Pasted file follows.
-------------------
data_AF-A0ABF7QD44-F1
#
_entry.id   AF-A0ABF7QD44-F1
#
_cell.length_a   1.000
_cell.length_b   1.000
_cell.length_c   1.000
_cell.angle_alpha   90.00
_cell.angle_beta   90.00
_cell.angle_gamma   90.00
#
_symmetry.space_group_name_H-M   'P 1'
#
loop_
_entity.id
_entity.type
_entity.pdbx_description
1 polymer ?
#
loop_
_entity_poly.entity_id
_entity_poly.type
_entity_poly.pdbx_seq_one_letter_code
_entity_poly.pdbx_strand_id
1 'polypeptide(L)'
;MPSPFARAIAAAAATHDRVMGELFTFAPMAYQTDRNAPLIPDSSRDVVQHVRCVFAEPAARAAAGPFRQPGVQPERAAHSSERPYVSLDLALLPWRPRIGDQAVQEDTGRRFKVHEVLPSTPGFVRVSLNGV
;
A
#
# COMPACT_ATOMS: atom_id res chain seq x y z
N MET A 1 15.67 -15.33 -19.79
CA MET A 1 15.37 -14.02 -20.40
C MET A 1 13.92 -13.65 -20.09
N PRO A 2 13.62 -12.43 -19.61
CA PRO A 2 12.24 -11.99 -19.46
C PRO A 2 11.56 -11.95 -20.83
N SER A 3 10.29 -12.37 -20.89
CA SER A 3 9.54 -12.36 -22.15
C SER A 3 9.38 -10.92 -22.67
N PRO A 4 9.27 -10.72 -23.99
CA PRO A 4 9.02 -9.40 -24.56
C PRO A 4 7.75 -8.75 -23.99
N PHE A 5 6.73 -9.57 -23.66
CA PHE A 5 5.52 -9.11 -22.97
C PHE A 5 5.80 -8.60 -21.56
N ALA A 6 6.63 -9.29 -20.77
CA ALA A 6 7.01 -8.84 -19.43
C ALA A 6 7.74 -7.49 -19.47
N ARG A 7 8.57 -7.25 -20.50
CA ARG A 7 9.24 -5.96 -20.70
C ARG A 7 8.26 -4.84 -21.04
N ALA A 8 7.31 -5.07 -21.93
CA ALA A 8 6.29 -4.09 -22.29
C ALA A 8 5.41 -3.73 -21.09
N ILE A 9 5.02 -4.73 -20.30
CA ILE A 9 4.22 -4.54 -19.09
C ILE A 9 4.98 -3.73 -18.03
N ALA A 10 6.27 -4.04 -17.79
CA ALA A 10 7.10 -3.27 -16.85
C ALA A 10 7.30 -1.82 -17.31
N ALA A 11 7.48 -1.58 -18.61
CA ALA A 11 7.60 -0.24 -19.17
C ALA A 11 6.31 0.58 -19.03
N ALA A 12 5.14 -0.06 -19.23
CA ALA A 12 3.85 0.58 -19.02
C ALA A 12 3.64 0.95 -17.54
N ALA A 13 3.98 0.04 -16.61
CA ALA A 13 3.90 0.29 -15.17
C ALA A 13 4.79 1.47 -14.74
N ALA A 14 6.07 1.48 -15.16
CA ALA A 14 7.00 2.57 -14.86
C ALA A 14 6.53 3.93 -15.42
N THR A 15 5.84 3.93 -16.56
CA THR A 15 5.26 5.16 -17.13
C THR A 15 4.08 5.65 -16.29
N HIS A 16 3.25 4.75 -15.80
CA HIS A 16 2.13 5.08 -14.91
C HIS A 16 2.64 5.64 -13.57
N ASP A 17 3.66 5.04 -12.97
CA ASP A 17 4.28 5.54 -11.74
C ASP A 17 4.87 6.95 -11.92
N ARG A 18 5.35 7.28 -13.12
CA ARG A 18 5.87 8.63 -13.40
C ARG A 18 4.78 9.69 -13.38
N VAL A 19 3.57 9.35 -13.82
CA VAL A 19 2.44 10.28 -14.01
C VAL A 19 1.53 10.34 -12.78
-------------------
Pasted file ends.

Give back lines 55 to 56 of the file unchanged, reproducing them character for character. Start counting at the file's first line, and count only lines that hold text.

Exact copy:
N ILE A 9 5.02 -4.73 -20.30
CA ILE A 9 4.22 -4.54 -19.09